Volume 6, Issue 4 (Automn 2015 -- 2015)                   BCN 2015, 6(4): 265-270 | Back to browse issues page


XML Print


Download citation:
BibTeX | RIS | EndNote | Medlars | ProCite | Reference Manager | RefWorks
Send citation to:

Sohrabi A, M. Smith A, L. West R, Cameron I. An fMRI Study of Risky Decision Making: The Role of Mental Preparation and Conflict. BCN. 2015; 6 (4) :265-270
URL: http://bcn.iums.ac.ir/article-1-528-en.html

1- PhD Department of Psychology, Faculty of Humanities and Social Sciences, University of Kurdistan, Sanandaj, Iran.
2- PhD University of Ottawa, Ottawa
3- PhD Carleton University, Ottawa
Abstract:  
Introduction: The current study aimed to elucidate the role of preparatory cognitive control in decision making and its neural correlates using functional Magnetic Resonance Imaging (fMRI). To this effect, by employing a series of new cognitive tasks, we assessed the role of preparatory cognitive control in monetary (risky) decision making. 
Methods: The participants had to decide between a risky and a safe gamble based on their chance of winning (high or low). In the 2-phase gambling task (similar to Cambridge gambling task), the chance and the gamble were presented at the same time (i.e. in a single phase), but in a new 3-phase gambling task, the chance is presented before the gamble. The tasks ended with a feedback phase.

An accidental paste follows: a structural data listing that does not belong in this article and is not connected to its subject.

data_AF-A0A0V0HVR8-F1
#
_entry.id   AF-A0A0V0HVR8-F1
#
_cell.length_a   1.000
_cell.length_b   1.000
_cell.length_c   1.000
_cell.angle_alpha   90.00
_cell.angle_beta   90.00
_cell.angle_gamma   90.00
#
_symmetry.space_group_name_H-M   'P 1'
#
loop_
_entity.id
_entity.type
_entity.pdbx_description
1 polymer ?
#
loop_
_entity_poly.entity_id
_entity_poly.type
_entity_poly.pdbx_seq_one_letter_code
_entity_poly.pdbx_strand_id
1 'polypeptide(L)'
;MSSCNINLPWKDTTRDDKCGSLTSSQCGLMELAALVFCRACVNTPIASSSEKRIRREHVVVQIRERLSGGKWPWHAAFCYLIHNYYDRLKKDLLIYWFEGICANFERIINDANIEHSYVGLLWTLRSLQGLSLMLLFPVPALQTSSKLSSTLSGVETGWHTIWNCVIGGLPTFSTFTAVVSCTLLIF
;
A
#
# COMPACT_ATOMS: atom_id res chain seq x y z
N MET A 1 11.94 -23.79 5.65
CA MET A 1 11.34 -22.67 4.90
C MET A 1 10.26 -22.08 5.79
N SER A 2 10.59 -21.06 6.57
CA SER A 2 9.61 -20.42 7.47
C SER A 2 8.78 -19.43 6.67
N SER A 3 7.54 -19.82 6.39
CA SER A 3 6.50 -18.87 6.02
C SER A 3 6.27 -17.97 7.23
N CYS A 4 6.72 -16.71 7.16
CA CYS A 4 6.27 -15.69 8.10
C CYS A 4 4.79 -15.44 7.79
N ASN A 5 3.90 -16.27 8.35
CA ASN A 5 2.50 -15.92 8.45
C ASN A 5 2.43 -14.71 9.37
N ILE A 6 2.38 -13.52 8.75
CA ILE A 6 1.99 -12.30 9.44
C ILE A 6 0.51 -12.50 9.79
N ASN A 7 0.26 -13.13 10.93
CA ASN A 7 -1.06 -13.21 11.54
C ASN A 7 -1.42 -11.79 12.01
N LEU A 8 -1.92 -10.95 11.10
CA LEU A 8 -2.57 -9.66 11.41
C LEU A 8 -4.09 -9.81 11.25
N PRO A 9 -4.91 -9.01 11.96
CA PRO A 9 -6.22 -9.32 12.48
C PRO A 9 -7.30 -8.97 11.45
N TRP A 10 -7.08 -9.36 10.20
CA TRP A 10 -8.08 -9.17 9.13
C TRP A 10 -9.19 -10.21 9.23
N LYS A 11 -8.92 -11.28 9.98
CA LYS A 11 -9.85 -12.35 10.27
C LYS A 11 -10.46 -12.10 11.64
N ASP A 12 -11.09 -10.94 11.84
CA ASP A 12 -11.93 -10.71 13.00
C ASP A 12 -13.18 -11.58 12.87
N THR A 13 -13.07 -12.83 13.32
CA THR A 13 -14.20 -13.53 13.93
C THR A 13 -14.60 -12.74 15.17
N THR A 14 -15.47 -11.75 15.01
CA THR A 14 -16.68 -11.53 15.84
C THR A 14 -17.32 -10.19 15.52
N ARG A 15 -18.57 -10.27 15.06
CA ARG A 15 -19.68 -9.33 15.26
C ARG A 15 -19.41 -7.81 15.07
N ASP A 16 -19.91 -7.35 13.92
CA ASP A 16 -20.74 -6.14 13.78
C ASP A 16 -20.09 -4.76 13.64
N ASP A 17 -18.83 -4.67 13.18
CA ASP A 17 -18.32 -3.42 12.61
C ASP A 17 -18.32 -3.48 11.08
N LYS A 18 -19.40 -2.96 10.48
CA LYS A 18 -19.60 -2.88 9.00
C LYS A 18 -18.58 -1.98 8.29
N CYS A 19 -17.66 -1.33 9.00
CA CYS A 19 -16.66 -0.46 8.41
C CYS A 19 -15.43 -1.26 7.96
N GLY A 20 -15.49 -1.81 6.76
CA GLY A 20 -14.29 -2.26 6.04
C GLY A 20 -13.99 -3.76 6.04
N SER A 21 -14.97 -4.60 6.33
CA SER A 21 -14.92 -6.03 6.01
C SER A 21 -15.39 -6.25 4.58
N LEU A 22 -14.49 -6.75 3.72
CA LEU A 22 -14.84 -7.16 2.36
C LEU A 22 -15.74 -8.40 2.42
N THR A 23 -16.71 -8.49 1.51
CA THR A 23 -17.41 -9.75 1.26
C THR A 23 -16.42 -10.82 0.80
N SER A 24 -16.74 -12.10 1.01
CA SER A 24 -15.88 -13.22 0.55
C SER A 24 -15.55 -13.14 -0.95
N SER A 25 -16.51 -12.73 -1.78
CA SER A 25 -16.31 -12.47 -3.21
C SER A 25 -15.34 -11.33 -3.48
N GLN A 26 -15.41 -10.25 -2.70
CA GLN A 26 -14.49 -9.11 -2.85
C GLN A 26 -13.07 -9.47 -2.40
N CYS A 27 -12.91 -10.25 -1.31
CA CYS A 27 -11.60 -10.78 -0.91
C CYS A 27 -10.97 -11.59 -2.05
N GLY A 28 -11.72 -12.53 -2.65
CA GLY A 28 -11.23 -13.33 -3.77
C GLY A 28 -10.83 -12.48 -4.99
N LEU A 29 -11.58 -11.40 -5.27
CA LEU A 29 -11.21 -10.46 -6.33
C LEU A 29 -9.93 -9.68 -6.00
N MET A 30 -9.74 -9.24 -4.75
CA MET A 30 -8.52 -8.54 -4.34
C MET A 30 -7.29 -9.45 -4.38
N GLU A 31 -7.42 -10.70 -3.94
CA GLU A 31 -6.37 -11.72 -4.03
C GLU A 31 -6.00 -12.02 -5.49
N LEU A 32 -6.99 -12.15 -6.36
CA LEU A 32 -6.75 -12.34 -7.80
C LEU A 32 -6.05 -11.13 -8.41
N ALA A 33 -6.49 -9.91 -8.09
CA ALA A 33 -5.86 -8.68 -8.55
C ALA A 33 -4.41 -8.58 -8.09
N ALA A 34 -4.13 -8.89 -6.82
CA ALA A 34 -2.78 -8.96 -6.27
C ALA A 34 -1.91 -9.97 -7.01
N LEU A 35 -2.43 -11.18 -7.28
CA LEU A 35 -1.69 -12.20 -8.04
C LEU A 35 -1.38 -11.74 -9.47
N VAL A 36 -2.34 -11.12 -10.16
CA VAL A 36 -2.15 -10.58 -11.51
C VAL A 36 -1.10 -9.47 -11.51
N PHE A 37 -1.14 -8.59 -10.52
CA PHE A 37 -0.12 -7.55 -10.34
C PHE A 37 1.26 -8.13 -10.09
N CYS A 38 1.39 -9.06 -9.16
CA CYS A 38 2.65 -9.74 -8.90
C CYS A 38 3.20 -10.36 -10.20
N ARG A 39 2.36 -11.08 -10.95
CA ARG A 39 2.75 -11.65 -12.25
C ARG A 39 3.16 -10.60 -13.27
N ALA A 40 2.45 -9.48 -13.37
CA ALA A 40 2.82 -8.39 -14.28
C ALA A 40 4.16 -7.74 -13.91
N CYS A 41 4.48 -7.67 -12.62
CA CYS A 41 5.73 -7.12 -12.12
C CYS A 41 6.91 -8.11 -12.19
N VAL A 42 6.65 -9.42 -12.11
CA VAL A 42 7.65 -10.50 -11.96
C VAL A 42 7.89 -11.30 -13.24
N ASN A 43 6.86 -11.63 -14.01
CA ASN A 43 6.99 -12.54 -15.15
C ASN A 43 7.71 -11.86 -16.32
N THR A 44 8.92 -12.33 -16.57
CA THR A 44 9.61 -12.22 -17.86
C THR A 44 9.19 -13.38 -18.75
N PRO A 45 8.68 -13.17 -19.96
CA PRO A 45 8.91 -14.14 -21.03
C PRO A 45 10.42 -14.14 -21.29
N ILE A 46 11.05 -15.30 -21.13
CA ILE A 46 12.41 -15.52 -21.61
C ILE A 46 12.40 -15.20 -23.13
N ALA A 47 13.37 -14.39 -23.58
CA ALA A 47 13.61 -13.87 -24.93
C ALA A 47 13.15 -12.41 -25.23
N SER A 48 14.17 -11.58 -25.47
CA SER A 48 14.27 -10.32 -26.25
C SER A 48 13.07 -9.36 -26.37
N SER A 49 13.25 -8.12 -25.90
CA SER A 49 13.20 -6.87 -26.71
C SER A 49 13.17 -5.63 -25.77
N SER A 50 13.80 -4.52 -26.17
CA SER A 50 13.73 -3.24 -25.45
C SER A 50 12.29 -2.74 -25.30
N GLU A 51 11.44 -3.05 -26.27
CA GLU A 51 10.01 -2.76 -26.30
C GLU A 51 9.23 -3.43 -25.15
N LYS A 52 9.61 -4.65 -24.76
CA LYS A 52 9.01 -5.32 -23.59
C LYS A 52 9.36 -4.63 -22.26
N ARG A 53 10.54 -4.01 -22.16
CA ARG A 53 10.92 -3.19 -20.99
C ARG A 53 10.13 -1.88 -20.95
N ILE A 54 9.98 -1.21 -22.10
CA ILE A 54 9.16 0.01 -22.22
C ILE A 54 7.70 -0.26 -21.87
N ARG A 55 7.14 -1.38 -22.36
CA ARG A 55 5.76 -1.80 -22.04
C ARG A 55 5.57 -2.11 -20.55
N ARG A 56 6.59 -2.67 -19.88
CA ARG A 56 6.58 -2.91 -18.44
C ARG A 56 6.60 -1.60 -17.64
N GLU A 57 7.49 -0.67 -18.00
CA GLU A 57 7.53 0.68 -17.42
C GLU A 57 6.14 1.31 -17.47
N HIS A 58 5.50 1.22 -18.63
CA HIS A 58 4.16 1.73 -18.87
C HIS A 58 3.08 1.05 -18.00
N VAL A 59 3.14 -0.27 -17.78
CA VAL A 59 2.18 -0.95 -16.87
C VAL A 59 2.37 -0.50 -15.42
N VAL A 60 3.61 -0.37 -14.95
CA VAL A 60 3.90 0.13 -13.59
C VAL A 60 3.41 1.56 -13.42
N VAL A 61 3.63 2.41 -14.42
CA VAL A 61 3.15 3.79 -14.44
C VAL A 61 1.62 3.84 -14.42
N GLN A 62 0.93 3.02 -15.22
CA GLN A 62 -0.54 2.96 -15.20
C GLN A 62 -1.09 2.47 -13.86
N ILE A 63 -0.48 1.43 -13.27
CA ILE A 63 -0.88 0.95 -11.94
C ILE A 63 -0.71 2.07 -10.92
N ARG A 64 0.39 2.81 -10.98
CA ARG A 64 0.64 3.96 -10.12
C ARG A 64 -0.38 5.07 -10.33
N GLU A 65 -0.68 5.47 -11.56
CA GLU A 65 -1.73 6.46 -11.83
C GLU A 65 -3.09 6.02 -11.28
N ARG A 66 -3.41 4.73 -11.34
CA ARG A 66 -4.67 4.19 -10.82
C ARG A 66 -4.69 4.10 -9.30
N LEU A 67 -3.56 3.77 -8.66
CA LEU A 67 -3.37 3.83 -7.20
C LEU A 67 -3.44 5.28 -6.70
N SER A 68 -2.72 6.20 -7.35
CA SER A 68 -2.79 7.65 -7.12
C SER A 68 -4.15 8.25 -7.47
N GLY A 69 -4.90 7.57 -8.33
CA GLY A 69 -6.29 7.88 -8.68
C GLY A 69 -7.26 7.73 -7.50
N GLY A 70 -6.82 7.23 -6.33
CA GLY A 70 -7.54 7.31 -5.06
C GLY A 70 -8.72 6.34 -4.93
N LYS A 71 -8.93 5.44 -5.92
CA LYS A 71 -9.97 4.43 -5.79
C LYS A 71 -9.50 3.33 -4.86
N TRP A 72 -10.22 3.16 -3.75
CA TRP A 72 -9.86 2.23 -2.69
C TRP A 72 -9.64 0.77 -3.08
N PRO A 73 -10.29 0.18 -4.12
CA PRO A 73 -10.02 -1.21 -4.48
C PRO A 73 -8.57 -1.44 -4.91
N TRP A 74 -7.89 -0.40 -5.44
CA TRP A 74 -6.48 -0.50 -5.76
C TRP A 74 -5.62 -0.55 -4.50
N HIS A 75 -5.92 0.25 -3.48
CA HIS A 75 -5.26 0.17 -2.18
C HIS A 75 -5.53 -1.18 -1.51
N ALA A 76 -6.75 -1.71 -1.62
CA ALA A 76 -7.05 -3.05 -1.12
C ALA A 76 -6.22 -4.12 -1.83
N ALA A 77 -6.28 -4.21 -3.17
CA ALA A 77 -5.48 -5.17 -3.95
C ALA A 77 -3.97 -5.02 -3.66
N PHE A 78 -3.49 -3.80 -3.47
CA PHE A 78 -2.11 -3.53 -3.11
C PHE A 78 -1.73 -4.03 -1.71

Results: In the 3-phase task, holding the chance in memory to guide their decision enabled the participants to have more control on their risk taking behaviors as shown by activation in a network of brain areas involved in the control and conflict, including dorsal Anterior Cingulate Cortex (dACC), indexed by faster reaction times and better performance in the gambling task, and the temporal lobe, which has a role in holding contextual information. 
Discussion: Holding information in memory to guide decision presumably enables the participants to have more control on their risk taking behaviors. The conflict and uncertainty resulting from this risky decision was indexed by the activation of dACC, known to be activated in conflict and cognitive control.
Type of Study: Original | Subject: Cognitive Neuroscience
Received: 2015/05/21 | Accepted: 2015/08/18 | Published: 2015/10/1

Send email to the article author


© 2015 All Rights Reserved | Basic and Clinical Neuroscience

Designed & Developed by : Yektaweb